Ripe For The Taking
Imagine a state-of-the-art greenhouse so big it disappears into the horizon. One that uses advanced technology like energy curtains and automated harvest carts to provide fresh produce year round ...
April 4, 2017
The fields of tomorrow are vast, varied and full of opportunity for graduates
Imagine a state-of-the-art greenhouse so big it disappears into the horizon. One that uses advanced technology like energy curtains and automated harvest carts to provide fresh produce year round.
It may sound like a field of the future but it is one that has already arrived. Unfortunately, for many businesses around the country, suitably qualified employees have not. According to a 2015 USDA report, over the next five years there will be almost twice as many average annual job openings than there will be graduates with expertise in food, agriculture, renewable natural resources and the environment to fill them.
CANR graduates are prime candidates to respond to this need. Keeping pace with a growing industry requires a curriculum that keeps in touch with the needs of employers.
“We can’t be insular,” said Kelly Millenbah, associate dean of the CANR. “We must engage with our employers and the folks who will be hiring our students to understand what their needs are and use that information and data to better inform our curriculum.”
This dynamic approach to curriculum development helps the college foster an interdisciplinary approach and produce graduates with a depth and breadth that is well suited to the career opportunities of today and tomorrow.
For David Karapetian, human resources executive advisor for Mastronardi Produce, this breadth of learning is a key piece of what makes CANR graduates such attractive prospects to hire. “A large part of the attraction is the range of studies the university (MSU) offers and so when a large employer like us is considering hiring undergrads and grads we naturally want to recruit from a pool that will optimize the odds that we’ll find the skillsets we’ll need.”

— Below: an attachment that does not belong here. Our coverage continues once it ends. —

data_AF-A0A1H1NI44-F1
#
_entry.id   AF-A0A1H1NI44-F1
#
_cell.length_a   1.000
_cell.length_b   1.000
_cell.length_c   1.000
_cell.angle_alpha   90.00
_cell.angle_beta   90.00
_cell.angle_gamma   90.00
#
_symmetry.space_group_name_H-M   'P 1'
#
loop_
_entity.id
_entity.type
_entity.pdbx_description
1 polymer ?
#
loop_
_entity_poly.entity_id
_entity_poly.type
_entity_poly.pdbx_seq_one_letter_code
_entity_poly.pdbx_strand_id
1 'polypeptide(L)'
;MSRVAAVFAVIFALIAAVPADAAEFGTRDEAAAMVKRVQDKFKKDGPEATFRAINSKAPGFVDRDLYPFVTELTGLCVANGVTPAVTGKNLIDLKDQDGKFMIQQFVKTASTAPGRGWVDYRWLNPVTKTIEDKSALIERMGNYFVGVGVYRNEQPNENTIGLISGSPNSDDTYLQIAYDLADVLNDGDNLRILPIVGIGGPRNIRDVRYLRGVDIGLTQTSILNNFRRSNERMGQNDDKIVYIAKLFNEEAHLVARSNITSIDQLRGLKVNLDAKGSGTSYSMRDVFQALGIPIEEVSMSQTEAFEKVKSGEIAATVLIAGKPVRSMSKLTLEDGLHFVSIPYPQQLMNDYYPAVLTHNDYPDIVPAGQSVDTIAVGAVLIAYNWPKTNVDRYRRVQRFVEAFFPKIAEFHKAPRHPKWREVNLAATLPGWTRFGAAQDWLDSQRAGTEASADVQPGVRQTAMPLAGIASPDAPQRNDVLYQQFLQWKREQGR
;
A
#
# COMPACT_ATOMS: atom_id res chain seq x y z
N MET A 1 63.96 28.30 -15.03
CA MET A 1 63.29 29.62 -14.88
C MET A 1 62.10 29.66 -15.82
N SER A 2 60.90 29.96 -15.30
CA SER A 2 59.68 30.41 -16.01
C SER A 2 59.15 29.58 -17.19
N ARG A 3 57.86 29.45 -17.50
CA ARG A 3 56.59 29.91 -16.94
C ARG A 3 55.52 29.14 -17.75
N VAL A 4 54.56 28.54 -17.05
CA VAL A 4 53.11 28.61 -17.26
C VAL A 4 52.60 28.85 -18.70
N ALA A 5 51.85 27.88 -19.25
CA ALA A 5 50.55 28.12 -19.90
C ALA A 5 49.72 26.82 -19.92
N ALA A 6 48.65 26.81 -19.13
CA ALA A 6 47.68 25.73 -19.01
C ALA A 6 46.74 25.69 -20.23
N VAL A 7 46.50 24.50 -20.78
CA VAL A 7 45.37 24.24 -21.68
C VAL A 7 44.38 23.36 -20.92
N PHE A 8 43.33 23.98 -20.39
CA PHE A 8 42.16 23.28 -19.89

Study abroad and internship opportunities further encourage CANR students to view their particular disciplines with a wider lens. Recent CANR graduate David Penterics, currently a crop consultant at Crop Production Services in Michigan, credits his success and quick job placement to the college’s student organizations and networking opportunities with industry representatives.
“My involvement with the college, my fraternity and student senate, all did so much to help my professional development. If I hadn’t joined CANR, I would never have pushed myself the way I did. The college opened my eyes and showed me different career paths that I hadn’t thought about and showed me that there are hundreds of different businesses around me and tons of opportunities to grow.”
The same USDA report highlights career pathways that lead beyond the traditional fields that often spring to mind when people think about the college. With almost half of these employment opportunities between 2015 and 2020 being in management and business, one such pathway could lead to employers like Michigan-based GreenStone Farm Credit who greatly value having CANR grads in their own “backyard.”
“Graduates with the knowledge of both business and agriculture are our ideal candidates,” said Jonna Meyers, human resources generalist at GreenStone. “It allows them to have an incredible foundation for what we do and have a passion for serving the agriculture industry. It’s a tremendous opportunity to have that so close and for us to be involved in the things students do on campus.”
The net result is an approach to shaping successful graduates that is constantly evolving to fit the needs of industry and the greater needs related to food, energy and the environment faced by communities in Michigan and around the world.
“I think it’s really important to recognize that we should never be satisfied that the curriculum is exactly where it needs to be. What does the industry anticipate needing five to 10 years from now? How do we react to that to make sure our students meet that demand?” said Millenbah.
While the number of job openings will change from one year to the next, as Spartans, CANR graduates have never been deterred by a little competition. Given the quality of educational and professional opportunities available to them in the CANR, they don’t need to start now.
This article was published in In the Field, a yearly magazine produced by the College of Agriculture and Natural Resources at Michigan State University. To view past issues of In the Field, visit www.canr.msu.edu/inthefield. For more information, email Eileen Gianiodis, editor, at firstname.lastname@example.org or call 517-355-1855.